• She can go to the Clerk of Court of the Family Court where she lives and request assistance in filing for a Protection Order.

Where can the protection order be enforced?

The Temporary Protection Order and the Permanent Protection Order are enforceable anywhere in the Philippines.


Can the barangay officials mediate or conciliate?

No. Conciliation and mediation of acts of violence against women and their children are not allowed under this law Sec. 33, R.A. 9262 amended sections 410-413 of the Local Government Code. The barangay officials, police or social workers should not attempt to mediate or influence the woman to give up her legal action or application for a BPO, TPO or PPO.


My husband had been cheating on me for over three years now with various women. Is there a way I can apply VAW in filing a case against him?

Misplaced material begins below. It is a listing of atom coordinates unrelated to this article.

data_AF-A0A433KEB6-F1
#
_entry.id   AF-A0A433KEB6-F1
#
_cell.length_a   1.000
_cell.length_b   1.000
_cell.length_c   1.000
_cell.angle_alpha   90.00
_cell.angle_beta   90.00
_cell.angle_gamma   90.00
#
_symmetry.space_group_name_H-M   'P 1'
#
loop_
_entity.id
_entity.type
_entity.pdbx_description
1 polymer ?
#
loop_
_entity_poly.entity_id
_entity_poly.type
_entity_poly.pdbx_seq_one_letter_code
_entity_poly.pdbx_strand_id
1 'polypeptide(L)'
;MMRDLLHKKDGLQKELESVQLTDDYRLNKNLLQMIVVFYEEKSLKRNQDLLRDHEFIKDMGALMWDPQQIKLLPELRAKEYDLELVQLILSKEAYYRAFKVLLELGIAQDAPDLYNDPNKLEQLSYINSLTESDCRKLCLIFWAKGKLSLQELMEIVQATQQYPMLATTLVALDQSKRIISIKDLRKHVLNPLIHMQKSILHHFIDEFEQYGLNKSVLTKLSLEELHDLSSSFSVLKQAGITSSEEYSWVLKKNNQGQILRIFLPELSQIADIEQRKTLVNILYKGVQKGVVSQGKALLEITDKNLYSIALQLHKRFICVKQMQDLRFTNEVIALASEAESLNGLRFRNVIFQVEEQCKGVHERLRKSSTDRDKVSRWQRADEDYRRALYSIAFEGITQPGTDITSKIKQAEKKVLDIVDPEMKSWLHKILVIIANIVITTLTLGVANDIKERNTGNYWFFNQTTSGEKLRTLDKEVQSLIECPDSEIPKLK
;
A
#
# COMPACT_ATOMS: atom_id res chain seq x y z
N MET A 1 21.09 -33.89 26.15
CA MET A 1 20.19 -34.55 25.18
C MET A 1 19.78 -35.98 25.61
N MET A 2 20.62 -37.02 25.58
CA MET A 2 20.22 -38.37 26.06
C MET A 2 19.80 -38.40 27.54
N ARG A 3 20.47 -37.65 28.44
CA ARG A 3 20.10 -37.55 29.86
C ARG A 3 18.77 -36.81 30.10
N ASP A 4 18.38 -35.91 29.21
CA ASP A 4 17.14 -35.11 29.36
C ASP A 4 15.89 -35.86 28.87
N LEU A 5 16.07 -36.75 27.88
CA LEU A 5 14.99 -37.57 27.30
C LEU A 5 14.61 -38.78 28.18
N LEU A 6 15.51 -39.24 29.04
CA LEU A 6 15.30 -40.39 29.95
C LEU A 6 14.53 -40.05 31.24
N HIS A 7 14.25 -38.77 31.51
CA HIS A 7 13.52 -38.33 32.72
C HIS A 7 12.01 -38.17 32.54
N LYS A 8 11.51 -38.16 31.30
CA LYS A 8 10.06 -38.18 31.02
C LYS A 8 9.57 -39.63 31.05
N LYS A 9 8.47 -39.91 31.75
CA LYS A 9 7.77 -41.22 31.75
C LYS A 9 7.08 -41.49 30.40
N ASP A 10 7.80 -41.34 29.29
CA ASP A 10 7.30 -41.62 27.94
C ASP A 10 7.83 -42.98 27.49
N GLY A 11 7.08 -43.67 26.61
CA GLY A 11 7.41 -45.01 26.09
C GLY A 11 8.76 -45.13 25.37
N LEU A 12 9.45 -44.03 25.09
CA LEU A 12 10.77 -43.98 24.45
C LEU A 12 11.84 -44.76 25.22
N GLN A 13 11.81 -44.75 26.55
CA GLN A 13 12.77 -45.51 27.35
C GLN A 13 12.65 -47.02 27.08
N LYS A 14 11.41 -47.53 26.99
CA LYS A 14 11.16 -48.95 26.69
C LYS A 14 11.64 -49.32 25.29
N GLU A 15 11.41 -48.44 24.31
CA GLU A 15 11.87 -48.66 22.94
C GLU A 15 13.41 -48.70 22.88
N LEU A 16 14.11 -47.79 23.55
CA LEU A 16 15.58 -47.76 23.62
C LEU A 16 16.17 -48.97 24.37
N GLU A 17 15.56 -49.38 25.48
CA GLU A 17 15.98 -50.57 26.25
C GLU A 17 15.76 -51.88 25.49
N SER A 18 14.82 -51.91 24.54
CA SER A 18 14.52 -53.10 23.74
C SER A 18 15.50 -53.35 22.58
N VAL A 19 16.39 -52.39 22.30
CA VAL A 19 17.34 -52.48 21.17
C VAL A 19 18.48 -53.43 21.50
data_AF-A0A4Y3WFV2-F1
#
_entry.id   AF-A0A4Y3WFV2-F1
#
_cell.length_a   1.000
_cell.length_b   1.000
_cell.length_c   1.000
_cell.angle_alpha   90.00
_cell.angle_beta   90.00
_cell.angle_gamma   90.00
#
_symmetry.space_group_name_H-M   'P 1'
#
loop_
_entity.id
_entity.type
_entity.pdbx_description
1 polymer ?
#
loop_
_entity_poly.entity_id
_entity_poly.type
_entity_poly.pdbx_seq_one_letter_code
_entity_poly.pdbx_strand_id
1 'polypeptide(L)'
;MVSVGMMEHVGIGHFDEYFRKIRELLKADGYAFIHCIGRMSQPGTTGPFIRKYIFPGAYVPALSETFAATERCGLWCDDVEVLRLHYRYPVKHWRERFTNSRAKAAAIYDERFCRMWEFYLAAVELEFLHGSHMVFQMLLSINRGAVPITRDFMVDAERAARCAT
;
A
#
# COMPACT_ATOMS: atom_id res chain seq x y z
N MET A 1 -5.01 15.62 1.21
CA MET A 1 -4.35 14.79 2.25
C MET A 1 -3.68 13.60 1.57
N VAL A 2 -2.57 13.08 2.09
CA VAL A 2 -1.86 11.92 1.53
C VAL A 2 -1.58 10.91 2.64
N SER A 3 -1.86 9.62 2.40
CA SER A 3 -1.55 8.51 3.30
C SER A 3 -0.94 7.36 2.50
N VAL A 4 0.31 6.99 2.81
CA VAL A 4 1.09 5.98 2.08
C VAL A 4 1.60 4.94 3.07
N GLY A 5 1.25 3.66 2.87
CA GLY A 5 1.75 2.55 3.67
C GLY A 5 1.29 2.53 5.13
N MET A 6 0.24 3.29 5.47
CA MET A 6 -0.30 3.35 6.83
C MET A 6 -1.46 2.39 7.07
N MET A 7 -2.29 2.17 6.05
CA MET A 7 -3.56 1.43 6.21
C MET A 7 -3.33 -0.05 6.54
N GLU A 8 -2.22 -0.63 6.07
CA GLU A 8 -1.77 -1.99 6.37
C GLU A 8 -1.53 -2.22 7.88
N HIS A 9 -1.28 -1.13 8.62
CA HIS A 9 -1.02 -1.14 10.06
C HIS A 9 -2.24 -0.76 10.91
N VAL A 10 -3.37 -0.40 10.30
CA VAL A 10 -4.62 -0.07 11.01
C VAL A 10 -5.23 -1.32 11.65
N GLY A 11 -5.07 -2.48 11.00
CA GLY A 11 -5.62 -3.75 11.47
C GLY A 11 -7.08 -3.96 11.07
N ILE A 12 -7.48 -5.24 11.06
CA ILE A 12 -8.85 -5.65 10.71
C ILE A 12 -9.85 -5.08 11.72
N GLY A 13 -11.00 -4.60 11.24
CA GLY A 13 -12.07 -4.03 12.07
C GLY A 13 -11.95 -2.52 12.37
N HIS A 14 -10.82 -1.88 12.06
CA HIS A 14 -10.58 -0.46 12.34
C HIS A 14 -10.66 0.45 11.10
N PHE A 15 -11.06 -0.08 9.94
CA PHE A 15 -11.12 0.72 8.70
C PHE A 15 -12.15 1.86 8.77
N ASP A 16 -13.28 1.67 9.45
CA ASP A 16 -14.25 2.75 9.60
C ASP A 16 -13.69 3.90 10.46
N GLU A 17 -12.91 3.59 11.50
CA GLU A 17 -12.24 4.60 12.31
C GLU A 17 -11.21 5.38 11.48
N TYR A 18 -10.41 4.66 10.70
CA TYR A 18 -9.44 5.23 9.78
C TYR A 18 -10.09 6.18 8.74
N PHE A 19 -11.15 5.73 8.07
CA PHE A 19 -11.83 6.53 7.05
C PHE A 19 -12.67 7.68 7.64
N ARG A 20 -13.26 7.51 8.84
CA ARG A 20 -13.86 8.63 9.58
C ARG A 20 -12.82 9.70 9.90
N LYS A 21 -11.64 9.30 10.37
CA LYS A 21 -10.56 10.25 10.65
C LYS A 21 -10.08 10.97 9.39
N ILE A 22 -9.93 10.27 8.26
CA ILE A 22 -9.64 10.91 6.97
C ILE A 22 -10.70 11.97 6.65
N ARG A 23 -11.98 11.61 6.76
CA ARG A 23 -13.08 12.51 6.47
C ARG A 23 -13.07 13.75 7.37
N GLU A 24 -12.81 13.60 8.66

The acts of your husband cheating on you have caused you mental and emotional suffering. Such acts may be a ground for the filing of a VAW case for “psychological violence”.


My boyfriend has been hurting me every time we fight and even threatens to kill me. Can I file a case against him for VAW?

Yes. Physical violence against the woman as well as threatening to inflict physical harm on a woman for the purpose of controlling her actions or decisions is deemed as an act of violence against women.


My ex-husband has stopped giving me and our daughter support since 2009. Can I file a case against him for VAW?

Yes, you may file a case for VAW against him as his act of withdrawing financial support. His act of refusing to give financial support to you or your daughter constitutes “Economic Abuse.”


I have been in an abusive relationship for quite some time. Can I file a case against him considering his abuse was irregular?